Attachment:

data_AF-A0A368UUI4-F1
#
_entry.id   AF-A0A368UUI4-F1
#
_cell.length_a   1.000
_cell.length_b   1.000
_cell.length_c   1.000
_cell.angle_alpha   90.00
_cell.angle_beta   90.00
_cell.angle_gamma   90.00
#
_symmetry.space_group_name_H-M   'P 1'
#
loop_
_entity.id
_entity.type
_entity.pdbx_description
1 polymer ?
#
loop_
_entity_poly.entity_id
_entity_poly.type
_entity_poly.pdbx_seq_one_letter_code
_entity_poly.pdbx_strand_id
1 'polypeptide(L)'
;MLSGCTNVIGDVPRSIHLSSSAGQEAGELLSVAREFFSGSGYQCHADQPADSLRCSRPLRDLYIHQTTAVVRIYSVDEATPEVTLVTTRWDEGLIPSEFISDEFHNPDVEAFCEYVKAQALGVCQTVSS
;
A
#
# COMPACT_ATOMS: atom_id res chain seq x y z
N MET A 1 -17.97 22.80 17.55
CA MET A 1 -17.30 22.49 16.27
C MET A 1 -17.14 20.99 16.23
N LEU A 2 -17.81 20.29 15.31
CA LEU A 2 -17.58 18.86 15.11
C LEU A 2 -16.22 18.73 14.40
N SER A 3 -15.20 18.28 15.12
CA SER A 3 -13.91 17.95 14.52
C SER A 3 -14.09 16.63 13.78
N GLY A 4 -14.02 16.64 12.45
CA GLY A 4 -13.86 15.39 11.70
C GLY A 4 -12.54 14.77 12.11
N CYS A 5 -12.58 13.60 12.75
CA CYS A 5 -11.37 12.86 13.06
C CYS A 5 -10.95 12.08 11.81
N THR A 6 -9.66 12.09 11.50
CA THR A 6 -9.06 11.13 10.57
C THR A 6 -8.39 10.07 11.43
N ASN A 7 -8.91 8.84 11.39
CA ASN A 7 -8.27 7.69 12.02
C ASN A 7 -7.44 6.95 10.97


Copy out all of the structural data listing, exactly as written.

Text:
data_AF-A0A368UUI4-F1
#
_entry.id   AF-A0A368UUI4-F1
#
_cell.length_a   1.000
_cell.length_b   1.000
_cell.length_c   1.000
_cell.angle_alpha   90.00
_cell.angle_beta   90.00
_cell.angle_gamma   90.00
#
_symmetry.space_group_name_H-M   'P 1'
#
loop_
_entity.id
_entity.type
_entity.pdbx_description
1 polymer ?
#
loop_
_entity_poly.entity_id
_entity_poly.type
_entity_poly.pdbx_seq_one_letter_code
_entity_poly.pdbx_strand_id
1 'polypeptide(L)'
;MLSGCTNVIGDVPRSIHLSSSAGQEAGELLSVAREFFSGSGYQCHADQPADSLRCSRPLRDLYIHQTTAVVRIYSVDEATPEVTLVTTRWDEGLIPSEFISDEFHNPDVEAFCEYVKAQALGVCQTVSS
;
A
#
# COMPACT_ATOMS: atom_id res chain seq x y z
N MET A 1 -17.97 22.80 17.55
CA MET A 1 -17.30 22.49 16.27
C MET A 1 -17.14 20.99 16.23
N LEU A 2 -17.81 20.29 15.31
CA LEU A 2 -17.58 18.86 15.11
C LEU A 2 -16.22 18.73 14.40
N SER A 3 -15.20 18.28 15.12
CA SER A 3 -13.91 17.95 14.52
C SER A 3 -14.09 16.63 13.78
N GLY A 4 -14.02 16.64 12.45
CA GLY A 4 -13.86 15.39 11.70
C GLY A 4 -12.54 14.77 12.11
N CYS A 5 -12.58 13.60 12.75
CA CYS A 5 -11.37 12.86 13.06
C CYS A 5 -10.95 12.08 11.81
N THR A 6 -9.66 12.09 11.50
CA THR A 6 -9.06 11.13 10.57
C THR A 6 -8.39 10.07 11.43
N ASN A 7 -8.91 8.84 11.39
CA ASN A 7 -8.27 7.69 12.02
C ASN A 7 -7.44 6.95 10.97